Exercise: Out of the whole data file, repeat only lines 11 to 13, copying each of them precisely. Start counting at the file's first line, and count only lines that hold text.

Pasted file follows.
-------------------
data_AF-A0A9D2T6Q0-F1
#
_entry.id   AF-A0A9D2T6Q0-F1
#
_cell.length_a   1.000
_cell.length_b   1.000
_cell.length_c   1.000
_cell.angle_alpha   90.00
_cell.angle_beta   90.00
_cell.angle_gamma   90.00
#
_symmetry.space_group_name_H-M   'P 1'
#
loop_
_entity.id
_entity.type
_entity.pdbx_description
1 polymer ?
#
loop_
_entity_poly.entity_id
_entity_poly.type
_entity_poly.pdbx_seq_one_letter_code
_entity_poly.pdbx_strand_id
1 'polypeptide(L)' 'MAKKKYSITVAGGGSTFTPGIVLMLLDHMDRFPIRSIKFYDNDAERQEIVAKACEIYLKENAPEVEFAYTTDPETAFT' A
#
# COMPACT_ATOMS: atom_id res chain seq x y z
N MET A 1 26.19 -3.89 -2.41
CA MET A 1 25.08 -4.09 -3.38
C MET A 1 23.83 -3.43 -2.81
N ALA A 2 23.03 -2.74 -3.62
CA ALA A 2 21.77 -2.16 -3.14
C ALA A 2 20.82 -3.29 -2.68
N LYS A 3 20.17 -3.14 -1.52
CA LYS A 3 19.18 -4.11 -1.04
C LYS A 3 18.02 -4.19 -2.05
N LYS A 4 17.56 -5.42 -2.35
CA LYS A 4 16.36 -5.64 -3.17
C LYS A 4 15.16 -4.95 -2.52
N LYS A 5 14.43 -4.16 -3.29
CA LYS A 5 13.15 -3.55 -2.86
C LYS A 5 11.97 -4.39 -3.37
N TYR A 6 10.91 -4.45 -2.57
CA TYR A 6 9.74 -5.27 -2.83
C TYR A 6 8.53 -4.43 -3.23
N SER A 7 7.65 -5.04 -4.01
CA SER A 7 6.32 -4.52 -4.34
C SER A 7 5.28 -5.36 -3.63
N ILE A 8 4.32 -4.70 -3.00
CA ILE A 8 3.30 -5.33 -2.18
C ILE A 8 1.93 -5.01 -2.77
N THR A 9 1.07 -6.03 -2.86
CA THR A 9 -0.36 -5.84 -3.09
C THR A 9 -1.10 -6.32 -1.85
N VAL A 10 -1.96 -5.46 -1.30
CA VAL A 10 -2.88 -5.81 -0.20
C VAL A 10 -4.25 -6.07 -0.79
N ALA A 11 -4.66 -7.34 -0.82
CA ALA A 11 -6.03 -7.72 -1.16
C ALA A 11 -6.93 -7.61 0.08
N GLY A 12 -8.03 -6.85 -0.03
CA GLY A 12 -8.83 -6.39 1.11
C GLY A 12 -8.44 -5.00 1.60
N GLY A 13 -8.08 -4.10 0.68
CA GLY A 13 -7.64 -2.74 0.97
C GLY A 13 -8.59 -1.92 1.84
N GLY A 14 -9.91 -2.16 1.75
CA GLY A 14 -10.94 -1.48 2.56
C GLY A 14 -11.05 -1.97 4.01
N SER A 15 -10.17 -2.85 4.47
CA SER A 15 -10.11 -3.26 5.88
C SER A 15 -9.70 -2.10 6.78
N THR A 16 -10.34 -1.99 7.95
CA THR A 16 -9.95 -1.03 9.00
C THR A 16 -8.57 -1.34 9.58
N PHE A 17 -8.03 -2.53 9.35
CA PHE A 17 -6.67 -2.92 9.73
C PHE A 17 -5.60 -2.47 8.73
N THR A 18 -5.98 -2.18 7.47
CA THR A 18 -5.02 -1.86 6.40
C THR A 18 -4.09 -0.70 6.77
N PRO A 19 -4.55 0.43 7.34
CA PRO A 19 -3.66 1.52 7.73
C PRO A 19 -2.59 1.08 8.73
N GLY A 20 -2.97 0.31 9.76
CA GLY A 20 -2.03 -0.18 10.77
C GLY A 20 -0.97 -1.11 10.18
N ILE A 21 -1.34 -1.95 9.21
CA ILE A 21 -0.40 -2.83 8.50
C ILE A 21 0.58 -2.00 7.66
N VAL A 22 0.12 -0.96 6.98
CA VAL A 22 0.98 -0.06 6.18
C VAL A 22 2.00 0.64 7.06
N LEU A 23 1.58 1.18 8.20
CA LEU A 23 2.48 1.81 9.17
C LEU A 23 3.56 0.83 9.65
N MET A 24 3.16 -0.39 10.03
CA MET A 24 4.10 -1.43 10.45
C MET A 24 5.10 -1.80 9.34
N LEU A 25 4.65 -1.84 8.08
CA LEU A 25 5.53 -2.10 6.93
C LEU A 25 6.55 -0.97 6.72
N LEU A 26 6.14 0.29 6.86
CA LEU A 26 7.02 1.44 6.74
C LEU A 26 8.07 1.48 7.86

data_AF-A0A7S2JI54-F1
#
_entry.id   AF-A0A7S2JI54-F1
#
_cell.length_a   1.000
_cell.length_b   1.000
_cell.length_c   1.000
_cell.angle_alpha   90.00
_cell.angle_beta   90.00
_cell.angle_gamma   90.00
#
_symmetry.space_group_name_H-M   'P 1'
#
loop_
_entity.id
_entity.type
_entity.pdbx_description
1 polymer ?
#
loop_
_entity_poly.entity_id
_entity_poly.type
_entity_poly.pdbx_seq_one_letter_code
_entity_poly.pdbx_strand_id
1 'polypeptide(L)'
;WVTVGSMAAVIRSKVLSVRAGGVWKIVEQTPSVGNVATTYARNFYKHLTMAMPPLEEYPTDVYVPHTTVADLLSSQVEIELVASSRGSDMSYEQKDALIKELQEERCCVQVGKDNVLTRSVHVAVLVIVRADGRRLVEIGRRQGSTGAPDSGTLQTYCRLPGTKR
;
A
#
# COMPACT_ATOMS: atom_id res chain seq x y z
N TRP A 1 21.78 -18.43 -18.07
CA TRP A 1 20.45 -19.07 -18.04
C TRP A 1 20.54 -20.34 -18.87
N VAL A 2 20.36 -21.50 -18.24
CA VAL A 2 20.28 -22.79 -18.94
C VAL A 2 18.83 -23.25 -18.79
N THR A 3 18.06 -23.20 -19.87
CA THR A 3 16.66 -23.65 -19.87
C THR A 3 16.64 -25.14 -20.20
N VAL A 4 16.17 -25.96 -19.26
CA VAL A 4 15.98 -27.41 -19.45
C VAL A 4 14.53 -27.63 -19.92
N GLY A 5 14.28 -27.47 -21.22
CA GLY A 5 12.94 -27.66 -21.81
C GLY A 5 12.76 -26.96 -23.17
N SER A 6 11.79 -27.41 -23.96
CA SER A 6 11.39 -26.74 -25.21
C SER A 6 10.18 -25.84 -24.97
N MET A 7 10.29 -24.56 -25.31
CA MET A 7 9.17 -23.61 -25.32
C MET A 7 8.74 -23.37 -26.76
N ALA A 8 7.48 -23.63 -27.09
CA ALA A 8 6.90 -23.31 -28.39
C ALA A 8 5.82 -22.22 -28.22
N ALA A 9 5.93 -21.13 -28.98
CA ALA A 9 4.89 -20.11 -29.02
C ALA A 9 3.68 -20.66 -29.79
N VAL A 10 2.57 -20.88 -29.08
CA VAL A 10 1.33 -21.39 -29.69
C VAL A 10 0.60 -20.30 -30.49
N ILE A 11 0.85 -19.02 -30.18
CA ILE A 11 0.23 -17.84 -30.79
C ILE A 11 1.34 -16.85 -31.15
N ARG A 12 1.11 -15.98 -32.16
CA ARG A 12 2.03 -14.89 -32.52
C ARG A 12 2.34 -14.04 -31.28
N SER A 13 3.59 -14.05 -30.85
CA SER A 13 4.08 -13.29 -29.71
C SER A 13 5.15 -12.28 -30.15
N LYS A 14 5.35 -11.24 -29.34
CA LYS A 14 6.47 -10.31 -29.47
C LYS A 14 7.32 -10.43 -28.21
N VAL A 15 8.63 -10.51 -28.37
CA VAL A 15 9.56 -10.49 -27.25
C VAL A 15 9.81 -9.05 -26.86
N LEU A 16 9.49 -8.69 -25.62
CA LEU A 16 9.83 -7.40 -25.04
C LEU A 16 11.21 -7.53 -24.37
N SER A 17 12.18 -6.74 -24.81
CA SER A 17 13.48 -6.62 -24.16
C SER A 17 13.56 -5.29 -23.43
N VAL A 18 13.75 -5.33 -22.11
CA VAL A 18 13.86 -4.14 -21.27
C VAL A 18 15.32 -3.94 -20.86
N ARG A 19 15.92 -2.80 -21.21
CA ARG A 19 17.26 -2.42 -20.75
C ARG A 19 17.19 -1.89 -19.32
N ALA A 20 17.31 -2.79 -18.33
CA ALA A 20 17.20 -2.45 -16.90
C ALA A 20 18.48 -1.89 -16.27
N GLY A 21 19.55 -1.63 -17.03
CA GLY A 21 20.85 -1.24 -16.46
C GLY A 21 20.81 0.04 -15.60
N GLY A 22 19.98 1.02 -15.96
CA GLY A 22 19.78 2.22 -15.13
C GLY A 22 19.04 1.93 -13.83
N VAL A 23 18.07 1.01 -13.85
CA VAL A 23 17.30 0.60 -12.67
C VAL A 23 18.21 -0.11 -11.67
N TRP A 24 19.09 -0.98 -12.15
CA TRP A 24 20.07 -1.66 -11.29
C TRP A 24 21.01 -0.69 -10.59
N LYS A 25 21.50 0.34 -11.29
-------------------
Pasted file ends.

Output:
#
_symmetry.space_group_name_H-M   'P 1'
#